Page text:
This column often examines ways bosses and managers can engage employees and establish a positive work environment. Similarly, employees can take steps to foster a positive relationship with a manager. Here are six tips for growing that relationship with your boss:
Speak up and offer ideas. The idea street isn’t one way. You may come up with an idea your boss hasn’t had or a variation that adds value to an idea of hers. Contrary to popular belief, bosses will appreciate that you are thinking of the bigger picture.
Be prepared for meetings. This not only means completing any assignments for the meeting on time, it also means gathering information and knowing what you are talking about.
Ask for help when you need it. It sounds counter-intuitive because if you ask for help you’re implying you can’t get your work done. Unfortunately, if you don’t ask, the outcome is either not getting the work done or not doing it well.
Be a team player. Teams are here to stay. The success of the team depends on the team being a cohesive group rather than a bunch of individuals acting independently. Ultimately, the success of the team reflects directly on the boss. Being a team player ensures not only the team’s success but also provides a positive reflection on the boss.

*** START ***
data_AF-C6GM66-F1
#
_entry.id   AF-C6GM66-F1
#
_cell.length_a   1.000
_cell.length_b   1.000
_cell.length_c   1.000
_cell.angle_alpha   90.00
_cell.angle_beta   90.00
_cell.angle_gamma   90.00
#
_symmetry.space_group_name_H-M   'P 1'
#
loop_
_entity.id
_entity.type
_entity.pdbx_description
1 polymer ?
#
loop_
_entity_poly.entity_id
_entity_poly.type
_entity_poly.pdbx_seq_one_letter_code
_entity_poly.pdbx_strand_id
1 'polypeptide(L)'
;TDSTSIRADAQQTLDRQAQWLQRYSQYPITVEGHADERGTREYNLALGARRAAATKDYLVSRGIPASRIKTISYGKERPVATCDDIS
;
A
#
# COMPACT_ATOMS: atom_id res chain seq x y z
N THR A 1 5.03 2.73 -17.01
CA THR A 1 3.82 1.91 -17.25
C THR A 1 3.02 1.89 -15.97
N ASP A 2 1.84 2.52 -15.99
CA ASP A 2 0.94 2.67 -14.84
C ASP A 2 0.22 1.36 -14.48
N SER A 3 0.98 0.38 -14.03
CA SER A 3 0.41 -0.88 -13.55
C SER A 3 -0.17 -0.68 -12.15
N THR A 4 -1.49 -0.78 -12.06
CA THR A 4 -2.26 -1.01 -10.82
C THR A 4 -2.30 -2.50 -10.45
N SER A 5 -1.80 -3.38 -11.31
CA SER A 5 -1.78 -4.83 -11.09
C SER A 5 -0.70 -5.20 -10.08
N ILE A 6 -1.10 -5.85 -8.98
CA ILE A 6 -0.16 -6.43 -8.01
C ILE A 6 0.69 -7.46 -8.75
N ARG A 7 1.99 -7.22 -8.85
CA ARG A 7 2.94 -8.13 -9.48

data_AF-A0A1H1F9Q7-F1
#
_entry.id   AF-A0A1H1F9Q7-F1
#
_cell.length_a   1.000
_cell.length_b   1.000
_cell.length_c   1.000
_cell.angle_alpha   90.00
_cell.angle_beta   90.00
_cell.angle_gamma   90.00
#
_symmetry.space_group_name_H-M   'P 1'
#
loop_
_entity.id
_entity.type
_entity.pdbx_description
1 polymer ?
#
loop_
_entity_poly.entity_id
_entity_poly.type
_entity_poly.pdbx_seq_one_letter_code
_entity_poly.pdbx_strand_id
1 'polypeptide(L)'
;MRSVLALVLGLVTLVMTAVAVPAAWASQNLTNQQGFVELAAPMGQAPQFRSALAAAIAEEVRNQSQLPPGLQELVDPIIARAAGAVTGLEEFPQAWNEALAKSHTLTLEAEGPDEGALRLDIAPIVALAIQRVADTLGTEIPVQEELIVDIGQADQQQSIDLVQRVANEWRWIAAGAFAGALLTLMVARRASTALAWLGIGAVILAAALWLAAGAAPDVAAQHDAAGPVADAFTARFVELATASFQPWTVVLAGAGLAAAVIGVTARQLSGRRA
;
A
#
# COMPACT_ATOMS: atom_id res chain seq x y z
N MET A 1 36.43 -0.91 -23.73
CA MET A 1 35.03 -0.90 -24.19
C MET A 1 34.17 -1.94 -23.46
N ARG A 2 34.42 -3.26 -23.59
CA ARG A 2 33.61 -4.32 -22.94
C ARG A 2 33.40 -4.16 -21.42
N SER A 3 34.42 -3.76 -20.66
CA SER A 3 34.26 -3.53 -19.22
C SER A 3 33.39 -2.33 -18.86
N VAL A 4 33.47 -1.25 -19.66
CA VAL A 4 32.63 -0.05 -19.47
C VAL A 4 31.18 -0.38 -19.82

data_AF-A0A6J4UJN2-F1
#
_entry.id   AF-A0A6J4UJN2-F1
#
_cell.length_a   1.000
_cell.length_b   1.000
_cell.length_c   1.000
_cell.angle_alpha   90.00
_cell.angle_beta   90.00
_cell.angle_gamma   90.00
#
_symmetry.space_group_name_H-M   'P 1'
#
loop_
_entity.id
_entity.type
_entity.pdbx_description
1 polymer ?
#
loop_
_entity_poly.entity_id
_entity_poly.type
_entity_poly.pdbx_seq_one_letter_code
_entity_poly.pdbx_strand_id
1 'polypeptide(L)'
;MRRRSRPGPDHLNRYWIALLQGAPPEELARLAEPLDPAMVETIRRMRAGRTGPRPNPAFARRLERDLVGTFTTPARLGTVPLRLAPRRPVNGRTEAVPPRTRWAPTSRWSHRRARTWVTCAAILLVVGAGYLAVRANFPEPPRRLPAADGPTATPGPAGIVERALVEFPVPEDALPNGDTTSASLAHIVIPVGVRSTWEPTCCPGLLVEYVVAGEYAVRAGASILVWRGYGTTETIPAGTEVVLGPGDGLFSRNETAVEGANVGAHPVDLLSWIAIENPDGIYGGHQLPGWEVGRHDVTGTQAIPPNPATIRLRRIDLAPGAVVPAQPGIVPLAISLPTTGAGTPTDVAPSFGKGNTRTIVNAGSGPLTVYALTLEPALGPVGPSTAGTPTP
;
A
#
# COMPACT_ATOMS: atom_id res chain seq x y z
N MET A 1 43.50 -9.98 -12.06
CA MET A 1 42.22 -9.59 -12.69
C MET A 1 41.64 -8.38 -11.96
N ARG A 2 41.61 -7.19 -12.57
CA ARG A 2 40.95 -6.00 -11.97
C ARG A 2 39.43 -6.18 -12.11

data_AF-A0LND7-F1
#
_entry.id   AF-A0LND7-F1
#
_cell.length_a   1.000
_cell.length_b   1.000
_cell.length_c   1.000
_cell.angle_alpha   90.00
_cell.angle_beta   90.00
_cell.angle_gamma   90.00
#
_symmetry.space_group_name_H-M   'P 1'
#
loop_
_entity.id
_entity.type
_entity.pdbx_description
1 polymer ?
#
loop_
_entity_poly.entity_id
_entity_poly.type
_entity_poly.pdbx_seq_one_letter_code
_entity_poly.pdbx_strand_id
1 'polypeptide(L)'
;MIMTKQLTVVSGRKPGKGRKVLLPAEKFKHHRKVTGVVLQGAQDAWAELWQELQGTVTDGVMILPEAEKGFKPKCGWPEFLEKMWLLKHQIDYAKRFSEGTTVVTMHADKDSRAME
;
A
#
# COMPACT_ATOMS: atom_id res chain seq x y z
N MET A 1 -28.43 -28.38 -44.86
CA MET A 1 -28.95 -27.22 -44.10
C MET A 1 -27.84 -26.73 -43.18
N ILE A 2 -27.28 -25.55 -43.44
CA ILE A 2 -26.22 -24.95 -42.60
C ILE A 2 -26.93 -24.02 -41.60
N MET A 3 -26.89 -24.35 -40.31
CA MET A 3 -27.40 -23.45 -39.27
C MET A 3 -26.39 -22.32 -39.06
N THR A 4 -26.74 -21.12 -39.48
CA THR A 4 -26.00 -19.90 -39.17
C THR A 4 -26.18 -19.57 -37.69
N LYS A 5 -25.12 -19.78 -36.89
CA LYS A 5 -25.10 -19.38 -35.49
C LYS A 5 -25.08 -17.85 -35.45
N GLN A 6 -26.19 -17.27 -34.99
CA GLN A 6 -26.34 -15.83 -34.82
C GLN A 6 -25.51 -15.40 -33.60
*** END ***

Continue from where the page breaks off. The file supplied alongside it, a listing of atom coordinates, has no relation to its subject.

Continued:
Show acceptance. Making decisions is a boss’s most crucial function and is also one of the most difficult. While your boss may ask for input before a decision is made, once it has been made, your acceptance and support of that decision is important.
Do not undermine. This is one of the cardinal pieces of advice I offer for the boss-employee relationship. When you are frustrated with your boss, do not go behind a boss’s back or over his or her head. It rarely turns out well for the employee. Keep in mind that generally management has a positive view of the boss and is likely to stand behind her.
The result: The boss wins, and you develop a negative reputation with your boss and your boss’s boss. Try to work with your boss to resolve the situation. And if that goes nowhere, remember that there are times when it is simply better to let go of a situation than to pursue it and undermine your own position.E-mail questions about business etiquette to firstname.lastname@example.org.